(10th Cir. 1998), cert. denied, 519 U.S. 1149 (1997); Dalheim
v. KDFW-TV, 918 F.2d 1220, 1224 (5th Cir. 1990).
Section 541.4, of the new regulations establishes minimum standards
that may be exceeded, but cannot be waived or reduced. See Brooklyn
Savings Bank v. O’Neil, 324 U.S. 697, 706 (1945).
Employers, on their own or through a collective bargaining agreement,
are not precluded by the FLSA from providing higher wages, shorter
workweeks or higher overtime premium (double time, for example).
NLRB v. R&H Coal Co., 992 F2d 46 (4th Cir. 1993).
Nothing in the FLSA relieves an employer from its contractual obligation
under a collective bargaining agreement.
In a unique move, out of concern for how the final federal overtime
regulations may affect Illinois residents, Governor Rod Blagojevich
(D) signed state legislation on April 2, 2004 exempting Illinois from
federal overtime rules. The Governor took this action prior
to the release of the final regulations. Federal law provides
that if a state or local law establishes a higher standard than the
FLSA, the higher standard applies. See Section 18 of the FLSA,
29 U.S.C. § 218.
The final regulations take effect on August 23, 2004. With only
a few short months to implementation, employers may wish to look at
non-supervisory employees classified as exempt in the administrative
and professional categories. Of all employees, these are
at highest risk of being misclassified under the new regulations.
A small chance exists that FLSA’s regulations could be derailed
under the Congressional Review Act. That Act gives Congress
60 session days after the April 23, 2004 publication of the final
regulations to overturn them. (Congress used the Act in 2001
to overturn the Clinton Administration’s ergonomics regulations.)
Congress needs a simple majority vote of both House and Senate to
rescind the final regulations. If that vote did occur, President
Bush would likely veto the action. The Senate would then need
67 votes (a two-thirds majority) to overturn his veto. An override
vote appears unlikely given the current make-up of the Senate.
May 4th, 2004, may prove to be a historical day for the Overtime regulations
in the Senate. It began when Sen. Judd Gregg, R-N.H., introduced
an amendment that passed on a 99-0 vote, which would preserve the
current regulatory overtime status for 55 occupations or job classifications.
Then, Sen. Tom Harkin, D. Iowa, introduced an amendment that passed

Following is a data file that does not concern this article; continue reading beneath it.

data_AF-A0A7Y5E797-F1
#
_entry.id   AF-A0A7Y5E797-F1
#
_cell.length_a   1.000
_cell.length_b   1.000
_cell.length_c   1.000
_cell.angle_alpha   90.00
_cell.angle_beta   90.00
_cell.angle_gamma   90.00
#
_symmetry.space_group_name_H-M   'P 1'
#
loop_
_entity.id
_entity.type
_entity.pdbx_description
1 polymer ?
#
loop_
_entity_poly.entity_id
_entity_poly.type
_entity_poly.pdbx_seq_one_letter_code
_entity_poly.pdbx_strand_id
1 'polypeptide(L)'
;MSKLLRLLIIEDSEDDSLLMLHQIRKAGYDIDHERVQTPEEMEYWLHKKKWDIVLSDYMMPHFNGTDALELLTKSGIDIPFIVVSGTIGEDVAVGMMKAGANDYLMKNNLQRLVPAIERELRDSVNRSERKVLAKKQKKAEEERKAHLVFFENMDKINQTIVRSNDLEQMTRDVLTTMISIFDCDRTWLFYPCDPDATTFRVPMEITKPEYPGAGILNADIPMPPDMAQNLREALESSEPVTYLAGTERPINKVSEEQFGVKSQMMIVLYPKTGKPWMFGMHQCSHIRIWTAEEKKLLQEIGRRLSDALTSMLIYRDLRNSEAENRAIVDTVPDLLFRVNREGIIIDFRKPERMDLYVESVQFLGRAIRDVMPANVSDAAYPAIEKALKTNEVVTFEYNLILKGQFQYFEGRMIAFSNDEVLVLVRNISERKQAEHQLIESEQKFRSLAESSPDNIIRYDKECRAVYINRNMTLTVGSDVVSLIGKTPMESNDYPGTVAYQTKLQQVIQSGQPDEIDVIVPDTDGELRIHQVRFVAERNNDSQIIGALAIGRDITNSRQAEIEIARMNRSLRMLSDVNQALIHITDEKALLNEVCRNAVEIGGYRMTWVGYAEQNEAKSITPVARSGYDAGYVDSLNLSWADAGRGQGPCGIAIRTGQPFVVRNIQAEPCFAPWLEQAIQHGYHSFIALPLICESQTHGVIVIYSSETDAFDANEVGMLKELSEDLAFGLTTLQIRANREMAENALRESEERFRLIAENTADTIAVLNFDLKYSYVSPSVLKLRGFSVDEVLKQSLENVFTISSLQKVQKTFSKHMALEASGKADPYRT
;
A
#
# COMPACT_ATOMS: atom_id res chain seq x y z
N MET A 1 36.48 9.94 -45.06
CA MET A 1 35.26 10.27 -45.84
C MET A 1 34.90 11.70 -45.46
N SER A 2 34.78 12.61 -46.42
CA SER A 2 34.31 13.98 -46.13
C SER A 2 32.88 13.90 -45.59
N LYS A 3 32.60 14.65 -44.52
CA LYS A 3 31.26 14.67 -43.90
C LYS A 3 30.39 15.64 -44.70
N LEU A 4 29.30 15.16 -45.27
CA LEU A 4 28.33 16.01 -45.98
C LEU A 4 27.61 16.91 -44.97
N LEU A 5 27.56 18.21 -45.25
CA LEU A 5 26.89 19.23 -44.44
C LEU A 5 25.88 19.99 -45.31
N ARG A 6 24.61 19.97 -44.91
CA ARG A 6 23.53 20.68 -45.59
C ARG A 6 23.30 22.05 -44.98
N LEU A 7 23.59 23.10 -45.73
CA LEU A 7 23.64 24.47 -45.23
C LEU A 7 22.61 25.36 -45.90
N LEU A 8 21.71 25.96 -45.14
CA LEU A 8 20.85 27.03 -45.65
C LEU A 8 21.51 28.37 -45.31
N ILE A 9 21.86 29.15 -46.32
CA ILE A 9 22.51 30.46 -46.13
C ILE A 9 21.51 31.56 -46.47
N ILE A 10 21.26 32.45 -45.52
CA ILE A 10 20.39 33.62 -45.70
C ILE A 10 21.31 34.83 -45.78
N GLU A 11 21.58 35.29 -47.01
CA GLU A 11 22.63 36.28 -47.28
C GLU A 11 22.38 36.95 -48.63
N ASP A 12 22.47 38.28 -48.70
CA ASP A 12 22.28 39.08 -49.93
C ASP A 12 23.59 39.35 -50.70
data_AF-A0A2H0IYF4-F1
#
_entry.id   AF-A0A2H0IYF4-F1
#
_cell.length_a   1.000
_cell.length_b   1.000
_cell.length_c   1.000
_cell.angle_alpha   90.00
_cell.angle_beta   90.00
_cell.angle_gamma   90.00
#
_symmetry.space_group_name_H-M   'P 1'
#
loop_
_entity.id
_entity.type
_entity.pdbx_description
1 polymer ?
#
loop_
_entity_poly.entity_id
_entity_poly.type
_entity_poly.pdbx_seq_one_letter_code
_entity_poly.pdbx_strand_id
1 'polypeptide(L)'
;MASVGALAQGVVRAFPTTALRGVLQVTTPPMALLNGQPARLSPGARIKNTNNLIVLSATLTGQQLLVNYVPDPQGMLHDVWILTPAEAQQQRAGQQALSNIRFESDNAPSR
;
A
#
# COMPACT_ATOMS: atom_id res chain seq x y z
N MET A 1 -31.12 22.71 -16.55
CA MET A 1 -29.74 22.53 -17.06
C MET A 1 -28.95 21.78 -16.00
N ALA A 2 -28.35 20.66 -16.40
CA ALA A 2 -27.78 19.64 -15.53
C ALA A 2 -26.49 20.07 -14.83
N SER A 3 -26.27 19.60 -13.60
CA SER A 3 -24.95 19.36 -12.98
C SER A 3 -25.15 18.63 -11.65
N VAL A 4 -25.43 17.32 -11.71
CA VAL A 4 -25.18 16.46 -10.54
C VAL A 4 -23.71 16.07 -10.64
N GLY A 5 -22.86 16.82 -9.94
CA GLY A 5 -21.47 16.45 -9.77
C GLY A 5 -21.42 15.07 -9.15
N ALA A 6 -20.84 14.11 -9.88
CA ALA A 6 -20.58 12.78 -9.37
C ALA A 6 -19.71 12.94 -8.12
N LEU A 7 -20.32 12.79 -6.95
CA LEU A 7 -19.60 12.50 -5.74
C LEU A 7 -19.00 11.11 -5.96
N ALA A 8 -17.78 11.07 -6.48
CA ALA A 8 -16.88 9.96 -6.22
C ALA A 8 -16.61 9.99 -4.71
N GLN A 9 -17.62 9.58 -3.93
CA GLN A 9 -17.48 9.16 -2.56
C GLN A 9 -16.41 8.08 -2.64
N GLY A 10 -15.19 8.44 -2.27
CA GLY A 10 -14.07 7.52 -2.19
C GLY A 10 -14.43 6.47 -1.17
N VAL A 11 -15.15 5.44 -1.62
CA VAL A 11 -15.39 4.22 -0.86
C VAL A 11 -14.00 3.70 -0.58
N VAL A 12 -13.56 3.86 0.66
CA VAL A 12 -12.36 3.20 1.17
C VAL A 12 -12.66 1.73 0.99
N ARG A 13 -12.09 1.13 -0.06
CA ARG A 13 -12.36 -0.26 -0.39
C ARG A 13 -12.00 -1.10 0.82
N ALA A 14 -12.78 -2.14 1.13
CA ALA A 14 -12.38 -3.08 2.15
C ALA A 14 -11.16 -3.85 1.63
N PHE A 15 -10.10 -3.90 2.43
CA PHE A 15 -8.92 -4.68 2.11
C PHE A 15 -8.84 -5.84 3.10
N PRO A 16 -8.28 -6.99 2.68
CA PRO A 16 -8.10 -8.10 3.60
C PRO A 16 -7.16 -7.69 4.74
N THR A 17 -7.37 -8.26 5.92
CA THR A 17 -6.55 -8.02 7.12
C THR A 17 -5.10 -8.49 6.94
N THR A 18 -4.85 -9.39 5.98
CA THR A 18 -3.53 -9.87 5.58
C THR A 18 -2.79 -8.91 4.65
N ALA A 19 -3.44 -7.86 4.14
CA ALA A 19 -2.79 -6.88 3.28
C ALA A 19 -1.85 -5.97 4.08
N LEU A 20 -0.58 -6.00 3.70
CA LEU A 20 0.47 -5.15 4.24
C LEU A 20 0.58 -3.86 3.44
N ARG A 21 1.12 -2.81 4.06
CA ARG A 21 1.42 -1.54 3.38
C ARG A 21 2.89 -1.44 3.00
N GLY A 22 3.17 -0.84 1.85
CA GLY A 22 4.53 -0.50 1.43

on a 52-47 vote, which would allow only the increased salary requirements
from the new final regulations to be enforced, while preserving the
previous overtime regulations. Both amendments were offered
to an unrelated tax bill (S. 1637). Now the issues move to the
House for further consideration.
The overtime regulations may very well become an issue in the upcoming
U.S. Secretary of Labor Elaine L. Chao on April 27, 2004, named a
new enforcement task force within the Wage and Hour Division (WHD)
of the DOL to, as she puts it, “maximize” worker’s
rights under the final regulations. Non-exempt employees may
file complaints concerning overtime pay with the DOL either by mail
or in person at any WHD District Office. DOL indicates their
investigators are discreet and will seek permission from the complainant
to use their name if required, during an investigation. Additional
information concerning complaints may be found at http://www.dol.gov/esa/regs/compliance/whd/fairpay/complaint.htm
or by contacting the WHD toll-free between the hours of 8 a.m. to
5 p.m., in your local time zone at (866) 487-9243.
Will paralegals suffer as a result of the final regulations?
Do the final regulations mean an end to the lawsuit frenzy?
What will the ultimate impact on the workforce be? These and
many more questions will be answered only with the passage of time.
It should be noted that federal and state laws regarding overtime
are very detailed, containing several exceptions and caveats that
cannot be fully addressed in this article. Employers and employees
are advised to seek guidance from legal counsel regarding the handling
of overtime matters. Employers should also seek the advice of
legal counsel before refusing to pay employees overtime. This
article is not intended nor should it be considered legal advice.
Each overtime employment issue is unique and specific. Every
employer and employee is encouraged to seek guidance from legal counsel
concerning your specific overtime matter.
Jim Barber is an accomplished author with articles published in various
legal publications and journals. .